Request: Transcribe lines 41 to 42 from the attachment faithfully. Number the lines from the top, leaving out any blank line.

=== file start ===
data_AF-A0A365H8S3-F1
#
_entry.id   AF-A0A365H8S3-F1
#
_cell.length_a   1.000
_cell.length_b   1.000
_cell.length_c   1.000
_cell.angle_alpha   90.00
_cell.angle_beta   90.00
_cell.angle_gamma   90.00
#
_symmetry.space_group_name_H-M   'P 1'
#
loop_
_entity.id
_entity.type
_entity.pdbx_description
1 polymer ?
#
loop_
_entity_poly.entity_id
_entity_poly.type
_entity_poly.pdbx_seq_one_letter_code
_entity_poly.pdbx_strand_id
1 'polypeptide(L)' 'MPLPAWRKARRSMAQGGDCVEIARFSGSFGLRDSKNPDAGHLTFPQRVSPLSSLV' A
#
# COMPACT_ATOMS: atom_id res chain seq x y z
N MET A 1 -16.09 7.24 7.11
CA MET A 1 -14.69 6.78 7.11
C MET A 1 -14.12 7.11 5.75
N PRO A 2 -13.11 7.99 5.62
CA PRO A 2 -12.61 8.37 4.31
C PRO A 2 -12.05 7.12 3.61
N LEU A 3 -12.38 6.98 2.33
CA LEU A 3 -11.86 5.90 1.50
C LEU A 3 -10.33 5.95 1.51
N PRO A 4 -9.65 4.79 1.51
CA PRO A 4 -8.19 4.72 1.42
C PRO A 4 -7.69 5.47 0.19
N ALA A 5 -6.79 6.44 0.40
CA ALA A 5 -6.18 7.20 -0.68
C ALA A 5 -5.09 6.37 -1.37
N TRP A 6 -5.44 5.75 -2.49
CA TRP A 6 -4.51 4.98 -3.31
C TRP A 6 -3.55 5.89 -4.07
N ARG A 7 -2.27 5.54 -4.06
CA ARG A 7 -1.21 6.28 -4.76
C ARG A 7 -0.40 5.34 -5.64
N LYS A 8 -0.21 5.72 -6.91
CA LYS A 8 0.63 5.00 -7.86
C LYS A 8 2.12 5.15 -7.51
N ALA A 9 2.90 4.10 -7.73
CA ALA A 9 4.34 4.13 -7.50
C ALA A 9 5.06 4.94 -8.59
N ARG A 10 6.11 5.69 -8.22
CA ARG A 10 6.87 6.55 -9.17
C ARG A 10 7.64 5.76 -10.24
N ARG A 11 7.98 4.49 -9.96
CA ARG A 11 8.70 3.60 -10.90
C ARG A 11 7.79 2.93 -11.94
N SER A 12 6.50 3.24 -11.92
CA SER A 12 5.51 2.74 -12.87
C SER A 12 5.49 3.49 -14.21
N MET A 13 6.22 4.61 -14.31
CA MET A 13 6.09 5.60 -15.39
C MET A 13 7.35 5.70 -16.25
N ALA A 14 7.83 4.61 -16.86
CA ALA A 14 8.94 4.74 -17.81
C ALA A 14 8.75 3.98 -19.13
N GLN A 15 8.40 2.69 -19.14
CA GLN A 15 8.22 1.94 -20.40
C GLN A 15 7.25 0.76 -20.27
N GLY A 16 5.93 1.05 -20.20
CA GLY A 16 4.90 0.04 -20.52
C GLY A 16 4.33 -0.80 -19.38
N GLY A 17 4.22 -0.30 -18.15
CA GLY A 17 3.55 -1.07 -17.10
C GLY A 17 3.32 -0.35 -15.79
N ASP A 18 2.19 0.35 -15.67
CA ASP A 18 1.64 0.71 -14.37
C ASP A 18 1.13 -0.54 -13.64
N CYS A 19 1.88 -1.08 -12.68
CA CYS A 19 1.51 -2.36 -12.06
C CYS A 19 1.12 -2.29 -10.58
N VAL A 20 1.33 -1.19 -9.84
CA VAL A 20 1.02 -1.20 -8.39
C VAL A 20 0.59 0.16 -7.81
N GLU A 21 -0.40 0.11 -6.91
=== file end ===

CA ALA A 5 -6.18 7.20 -0.68
C ALA A 5 -5.09 6.37 -1.37